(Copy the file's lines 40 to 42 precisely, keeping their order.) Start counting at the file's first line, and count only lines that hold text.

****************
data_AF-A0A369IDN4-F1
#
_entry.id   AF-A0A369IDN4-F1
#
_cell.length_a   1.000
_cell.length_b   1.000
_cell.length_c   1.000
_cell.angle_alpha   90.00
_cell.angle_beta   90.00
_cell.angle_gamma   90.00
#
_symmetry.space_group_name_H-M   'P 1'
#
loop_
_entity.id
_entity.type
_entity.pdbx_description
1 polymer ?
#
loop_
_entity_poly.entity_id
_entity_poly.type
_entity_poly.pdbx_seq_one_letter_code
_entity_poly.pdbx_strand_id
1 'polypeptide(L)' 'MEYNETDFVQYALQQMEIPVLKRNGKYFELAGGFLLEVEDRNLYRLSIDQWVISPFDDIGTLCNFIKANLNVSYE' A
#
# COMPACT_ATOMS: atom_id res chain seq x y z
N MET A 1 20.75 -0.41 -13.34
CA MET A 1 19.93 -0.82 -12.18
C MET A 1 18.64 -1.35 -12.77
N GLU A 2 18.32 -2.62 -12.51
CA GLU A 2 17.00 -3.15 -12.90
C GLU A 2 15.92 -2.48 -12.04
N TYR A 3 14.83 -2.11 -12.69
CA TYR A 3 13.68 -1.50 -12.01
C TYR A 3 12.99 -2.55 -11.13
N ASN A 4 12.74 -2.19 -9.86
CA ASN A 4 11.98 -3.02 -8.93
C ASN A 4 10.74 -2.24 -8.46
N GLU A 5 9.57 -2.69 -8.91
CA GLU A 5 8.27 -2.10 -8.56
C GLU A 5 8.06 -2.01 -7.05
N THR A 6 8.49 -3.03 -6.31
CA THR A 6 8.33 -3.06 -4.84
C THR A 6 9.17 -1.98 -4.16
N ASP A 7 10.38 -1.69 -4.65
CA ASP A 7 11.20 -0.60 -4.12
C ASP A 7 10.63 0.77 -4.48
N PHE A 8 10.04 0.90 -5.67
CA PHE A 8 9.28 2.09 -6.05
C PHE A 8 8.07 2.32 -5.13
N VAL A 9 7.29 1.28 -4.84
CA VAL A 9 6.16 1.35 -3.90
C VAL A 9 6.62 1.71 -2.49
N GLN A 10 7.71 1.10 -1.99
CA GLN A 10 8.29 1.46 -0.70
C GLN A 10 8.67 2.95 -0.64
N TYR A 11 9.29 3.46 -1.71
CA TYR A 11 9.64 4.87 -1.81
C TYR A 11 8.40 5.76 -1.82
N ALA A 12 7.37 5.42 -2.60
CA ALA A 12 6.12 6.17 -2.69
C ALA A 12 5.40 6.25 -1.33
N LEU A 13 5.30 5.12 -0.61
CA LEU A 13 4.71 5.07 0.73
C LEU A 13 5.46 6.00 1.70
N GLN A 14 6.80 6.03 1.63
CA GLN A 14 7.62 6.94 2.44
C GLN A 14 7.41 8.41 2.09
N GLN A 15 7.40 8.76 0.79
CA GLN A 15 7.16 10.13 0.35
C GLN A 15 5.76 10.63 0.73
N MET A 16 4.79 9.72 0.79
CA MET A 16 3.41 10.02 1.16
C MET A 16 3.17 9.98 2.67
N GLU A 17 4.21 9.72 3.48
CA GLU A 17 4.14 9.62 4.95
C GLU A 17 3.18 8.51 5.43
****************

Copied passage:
N GLU A 5 9.57 -2.69 -8.91
CA GLU A 5 8.27 -2.10 -8.56
C GLU A 5 8.06 -2.01 -7.05